Although women’s rights and gender equality have come a long way, especially in recent decades, violence against females has by no means been eliminated. Sex trafficking, economic exploitation in sweatshops and lack of structural support to raise children are only some of the global problems facing women. One particularly harmful practice is female genital mutilation (FGM), which the World Health Organization and UNICEF define as the “partial or total removal of the female external genitalia or other injury to the female genital organs for cultural of other nontherapeutic reasons.”

WHO categorizes FGM into four different groups based upon how much of the vagina is removed — with the most extreme being “pharaonic circumcision,” (infibulation) which involves the “excision of part or all of the external genitalia and stitching or narrowing of the vaginal opening.” The end result is a smooth patch of scar tissue and a small hole for urination and menstruation where the vagina used to be. This procedure is usually carried out by local practitioners on girls anywhere between two weeks and 15 years old. The immediate medical implications are usually pain, bleeding and infection, while long-term consequences involve psychological trauma and increased risk of stillbirth or postpartum hemorrhage. These latter problems are largely due to the fact that once a female has had her vagina sewn shut, she must undergo deinfibulation to either have intercourse with her husband or to give birth. Each time the genital tissue is stitched and opened and stitched back up again, the risk of complications increase. This is just one aspect which differentiates female circumcision from male circumcision, which are neither medically nor morally equivalent.

In response to these health criticisms, some areas have begun the medicalization of FGM, performing the excision in hospitals with anesthesia. Performing FGM in a sterile environment only decreases the chance of infection and hopefully bleeding, without removing the need for deinfibulation for intercourse or childbirth. Oftentimes, because the child is under anesthesia, more tissue is removed. What this concession fails to acknowledge are the fundamentally demeaning justifications for FGM, which range from preserving a girl’s morality and fidelity to making her spiritually pure. The justification is that a female is not naturally pure or clean, nor can she be trusted to remain loyal to her husband — she must be physically forced to do so. The fault, under this ideology, is with women, who would run rampant as seductresses driven only by lust were it not for removing their vaginas. Infidelity is the realm of females — never mind the promiscuity of husbands.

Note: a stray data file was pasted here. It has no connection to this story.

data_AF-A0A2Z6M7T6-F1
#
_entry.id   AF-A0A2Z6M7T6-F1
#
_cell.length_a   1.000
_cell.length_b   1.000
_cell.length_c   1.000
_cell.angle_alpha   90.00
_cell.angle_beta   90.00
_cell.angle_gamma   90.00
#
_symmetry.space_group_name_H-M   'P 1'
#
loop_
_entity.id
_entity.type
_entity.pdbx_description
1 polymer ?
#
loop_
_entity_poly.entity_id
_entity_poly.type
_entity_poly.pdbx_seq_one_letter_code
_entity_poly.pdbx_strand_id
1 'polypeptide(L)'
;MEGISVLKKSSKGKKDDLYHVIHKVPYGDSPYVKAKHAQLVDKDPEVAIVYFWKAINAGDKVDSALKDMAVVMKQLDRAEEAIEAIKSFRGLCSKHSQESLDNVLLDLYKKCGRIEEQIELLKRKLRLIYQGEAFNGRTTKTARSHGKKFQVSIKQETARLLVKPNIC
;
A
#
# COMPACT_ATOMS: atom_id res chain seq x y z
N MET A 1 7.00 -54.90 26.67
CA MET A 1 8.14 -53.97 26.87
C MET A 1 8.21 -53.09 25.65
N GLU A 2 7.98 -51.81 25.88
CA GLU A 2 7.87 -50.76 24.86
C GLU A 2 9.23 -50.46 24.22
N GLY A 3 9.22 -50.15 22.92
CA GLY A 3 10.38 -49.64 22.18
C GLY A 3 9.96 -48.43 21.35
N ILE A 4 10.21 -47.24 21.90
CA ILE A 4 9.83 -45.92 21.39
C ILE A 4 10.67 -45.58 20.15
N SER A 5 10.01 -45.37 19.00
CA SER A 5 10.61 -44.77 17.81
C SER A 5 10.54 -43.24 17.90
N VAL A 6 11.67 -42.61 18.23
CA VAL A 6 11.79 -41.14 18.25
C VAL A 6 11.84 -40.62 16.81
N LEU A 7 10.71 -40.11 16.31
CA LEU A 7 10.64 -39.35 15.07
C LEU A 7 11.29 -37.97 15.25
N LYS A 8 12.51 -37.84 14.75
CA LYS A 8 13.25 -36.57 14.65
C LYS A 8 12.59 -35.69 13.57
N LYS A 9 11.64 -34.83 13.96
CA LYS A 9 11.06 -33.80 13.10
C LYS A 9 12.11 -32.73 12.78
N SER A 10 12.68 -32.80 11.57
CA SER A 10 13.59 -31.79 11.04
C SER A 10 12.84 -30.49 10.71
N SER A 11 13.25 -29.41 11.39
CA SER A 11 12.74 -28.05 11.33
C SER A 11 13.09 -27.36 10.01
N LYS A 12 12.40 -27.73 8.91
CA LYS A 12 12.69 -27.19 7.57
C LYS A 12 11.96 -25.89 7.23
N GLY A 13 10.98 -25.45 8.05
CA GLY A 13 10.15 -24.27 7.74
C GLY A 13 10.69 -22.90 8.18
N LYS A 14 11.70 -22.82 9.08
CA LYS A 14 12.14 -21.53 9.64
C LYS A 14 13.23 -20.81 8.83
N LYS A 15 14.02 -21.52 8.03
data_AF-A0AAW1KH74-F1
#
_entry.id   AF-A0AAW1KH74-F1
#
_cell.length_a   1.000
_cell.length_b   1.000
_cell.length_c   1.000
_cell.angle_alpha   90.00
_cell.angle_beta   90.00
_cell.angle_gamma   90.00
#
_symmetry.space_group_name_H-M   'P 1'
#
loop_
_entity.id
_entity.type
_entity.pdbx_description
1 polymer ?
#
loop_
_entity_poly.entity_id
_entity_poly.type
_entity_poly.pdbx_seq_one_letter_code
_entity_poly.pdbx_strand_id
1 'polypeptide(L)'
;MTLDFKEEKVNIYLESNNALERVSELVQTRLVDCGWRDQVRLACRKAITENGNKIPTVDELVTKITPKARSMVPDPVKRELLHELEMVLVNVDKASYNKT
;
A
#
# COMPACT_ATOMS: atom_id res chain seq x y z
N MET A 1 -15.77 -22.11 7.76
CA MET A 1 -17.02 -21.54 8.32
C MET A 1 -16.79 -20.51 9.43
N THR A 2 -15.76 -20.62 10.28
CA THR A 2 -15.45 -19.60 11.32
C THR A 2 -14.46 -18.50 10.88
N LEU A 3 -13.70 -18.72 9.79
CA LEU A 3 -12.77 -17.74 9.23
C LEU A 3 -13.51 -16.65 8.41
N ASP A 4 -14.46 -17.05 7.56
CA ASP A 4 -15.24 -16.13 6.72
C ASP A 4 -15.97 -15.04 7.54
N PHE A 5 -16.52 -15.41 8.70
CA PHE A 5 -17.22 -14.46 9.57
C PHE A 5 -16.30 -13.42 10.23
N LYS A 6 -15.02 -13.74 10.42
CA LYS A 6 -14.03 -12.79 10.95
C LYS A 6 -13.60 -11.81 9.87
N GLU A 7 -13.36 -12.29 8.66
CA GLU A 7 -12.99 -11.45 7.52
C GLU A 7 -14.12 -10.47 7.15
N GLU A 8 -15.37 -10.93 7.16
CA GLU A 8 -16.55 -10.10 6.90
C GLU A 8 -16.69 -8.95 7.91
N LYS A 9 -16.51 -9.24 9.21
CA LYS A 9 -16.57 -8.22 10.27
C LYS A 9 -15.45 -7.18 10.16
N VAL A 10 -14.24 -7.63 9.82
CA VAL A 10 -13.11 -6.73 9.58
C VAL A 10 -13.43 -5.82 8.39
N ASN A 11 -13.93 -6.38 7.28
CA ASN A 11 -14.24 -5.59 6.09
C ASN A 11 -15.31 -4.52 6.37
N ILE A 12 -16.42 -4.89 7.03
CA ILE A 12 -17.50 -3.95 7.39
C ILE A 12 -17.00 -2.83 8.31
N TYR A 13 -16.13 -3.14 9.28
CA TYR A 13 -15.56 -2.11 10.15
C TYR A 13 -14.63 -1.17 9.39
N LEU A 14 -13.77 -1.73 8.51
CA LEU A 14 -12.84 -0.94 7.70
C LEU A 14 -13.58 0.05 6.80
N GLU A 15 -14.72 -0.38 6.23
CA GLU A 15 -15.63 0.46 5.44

This phenomenon is far from a distant, strange ritual practiced by other people and other societies. The thematizing of the natural female body as imperfect and undesirable in the ideology behind FGM is rampant in Western cultures, perhaps most notably in the recent popularity of cosmetic vaginoplasty among American women. The so-called “designer vaginas” are often reconstructions of perfectly healthy, normal vaginas to “idealized” vaginas with reconstructed folds and unperforated hymen. The reconstruction of hymen especially highlights the status virginity is given. While there are plenty of legitimate medical reasons to get vaginoplasty, the main reasons for the cosmetic approach are aesthetic appeal and increased sexual pleasure.

Of course. The problem, again, lies with the woman. She is not attractive anymore to her husband not because of a mutual inability to communicate or a lack of respect, but because her vagina is ugly and unsatisfactory. But the good news is that she can fix this flaw easily, with a price. This materialist attitude which provides passive consumption as the only means of action is a large contributor to the ideology of female imperfection and inadequacy in America. That is not to say that these women themselves are not at fault for lacking some sense, but simply that the cultural norm of asserting female flaw combined with social passivity promotes and exacerbates such behavior.

While the adolescent girls who undergo FGM have no choice in the matter, unlike the wealthy ladies that undergo vaginoplasty, the fundamental link between these two procedures is that they are symptoms of a much deeper disease — acceptance of the idea that the natural female is defective and sub-par. Stopping FGM through grassroots education is only the first part of treating the problem.

As for the underlying illness, all women must fight to eradicate it.

Lily Yan is a sophomore in Davenport College. She is the tabling co-coordinator for the Amnesty International club at Yale.